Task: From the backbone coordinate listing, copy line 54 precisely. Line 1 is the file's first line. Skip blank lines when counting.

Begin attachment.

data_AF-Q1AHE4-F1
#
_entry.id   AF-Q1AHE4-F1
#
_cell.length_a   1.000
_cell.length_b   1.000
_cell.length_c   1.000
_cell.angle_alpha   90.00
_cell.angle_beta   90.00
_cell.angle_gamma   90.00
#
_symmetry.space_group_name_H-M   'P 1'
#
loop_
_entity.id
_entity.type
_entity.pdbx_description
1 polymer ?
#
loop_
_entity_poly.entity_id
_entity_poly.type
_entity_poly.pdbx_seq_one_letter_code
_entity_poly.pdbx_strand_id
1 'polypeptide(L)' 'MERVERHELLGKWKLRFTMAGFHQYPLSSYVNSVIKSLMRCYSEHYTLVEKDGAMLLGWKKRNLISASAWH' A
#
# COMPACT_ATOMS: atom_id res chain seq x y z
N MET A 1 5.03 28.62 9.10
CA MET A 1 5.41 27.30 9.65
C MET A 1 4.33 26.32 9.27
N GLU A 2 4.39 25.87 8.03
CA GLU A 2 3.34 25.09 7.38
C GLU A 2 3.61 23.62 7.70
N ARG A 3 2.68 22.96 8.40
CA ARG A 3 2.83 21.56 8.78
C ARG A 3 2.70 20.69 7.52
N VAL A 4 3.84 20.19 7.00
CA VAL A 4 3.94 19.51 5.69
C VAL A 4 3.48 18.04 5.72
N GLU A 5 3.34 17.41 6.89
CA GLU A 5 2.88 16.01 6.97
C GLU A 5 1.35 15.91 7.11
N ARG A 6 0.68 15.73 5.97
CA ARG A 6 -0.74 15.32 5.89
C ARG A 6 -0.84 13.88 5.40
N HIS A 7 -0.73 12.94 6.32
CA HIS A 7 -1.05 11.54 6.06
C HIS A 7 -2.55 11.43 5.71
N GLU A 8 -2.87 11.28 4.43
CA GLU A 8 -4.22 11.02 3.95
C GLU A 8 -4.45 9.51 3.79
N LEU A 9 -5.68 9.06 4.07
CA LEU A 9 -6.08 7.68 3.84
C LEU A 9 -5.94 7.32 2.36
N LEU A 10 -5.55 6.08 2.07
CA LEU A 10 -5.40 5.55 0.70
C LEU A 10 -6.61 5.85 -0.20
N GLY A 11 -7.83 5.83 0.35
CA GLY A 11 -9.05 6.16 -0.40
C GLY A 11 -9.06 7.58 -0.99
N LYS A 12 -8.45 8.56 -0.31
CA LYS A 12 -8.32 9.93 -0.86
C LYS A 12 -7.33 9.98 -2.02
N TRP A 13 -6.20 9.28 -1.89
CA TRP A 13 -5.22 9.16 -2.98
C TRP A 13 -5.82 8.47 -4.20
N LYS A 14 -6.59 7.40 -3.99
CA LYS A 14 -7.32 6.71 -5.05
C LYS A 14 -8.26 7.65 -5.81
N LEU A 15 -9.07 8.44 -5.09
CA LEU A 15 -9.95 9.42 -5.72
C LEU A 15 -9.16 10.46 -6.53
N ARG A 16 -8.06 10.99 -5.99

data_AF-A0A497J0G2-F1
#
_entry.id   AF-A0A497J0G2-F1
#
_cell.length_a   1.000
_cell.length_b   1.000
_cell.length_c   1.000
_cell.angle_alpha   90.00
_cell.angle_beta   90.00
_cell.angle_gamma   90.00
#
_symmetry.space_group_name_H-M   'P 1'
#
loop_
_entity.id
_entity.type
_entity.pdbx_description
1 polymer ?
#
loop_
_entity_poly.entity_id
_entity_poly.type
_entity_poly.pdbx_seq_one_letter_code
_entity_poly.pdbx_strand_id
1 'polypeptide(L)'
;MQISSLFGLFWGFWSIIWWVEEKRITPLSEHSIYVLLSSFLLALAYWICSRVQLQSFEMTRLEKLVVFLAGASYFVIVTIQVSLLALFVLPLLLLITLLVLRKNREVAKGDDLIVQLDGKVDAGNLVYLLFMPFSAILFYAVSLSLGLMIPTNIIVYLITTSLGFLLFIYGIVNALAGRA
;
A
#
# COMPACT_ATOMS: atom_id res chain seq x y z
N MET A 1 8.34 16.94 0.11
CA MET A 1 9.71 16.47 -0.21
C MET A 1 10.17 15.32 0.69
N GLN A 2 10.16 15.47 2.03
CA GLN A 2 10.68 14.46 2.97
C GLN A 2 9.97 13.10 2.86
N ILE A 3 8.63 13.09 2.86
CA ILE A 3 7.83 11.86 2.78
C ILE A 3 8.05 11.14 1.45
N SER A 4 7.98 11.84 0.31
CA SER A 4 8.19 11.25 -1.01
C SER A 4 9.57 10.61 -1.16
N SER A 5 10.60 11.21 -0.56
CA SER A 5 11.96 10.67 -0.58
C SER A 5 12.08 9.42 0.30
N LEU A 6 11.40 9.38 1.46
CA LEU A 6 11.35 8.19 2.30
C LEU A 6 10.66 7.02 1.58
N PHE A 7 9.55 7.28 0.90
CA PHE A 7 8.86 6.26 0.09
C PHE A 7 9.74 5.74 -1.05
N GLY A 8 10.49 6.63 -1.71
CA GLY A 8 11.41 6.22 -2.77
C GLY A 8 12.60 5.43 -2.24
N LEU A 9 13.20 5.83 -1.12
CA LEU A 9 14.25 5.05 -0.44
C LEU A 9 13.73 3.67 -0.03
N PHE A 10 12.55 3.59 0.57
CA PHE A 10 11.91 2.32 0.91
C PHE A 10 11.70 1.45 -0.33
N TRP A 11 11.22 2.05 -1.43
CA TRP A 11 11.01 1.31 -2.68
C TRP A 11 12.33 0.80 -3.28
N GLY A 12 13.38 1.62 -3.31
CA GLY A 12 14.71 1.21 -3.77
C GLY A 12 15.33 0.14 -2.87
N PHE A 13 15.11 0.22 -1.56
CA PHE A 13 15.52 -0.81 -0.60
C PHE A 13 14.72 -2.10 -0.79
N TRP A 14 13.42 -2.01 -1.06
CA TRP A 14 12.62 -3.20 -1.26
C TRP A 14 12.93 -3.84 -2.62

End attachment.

C LEU A 9 -5.94 7.32 2.36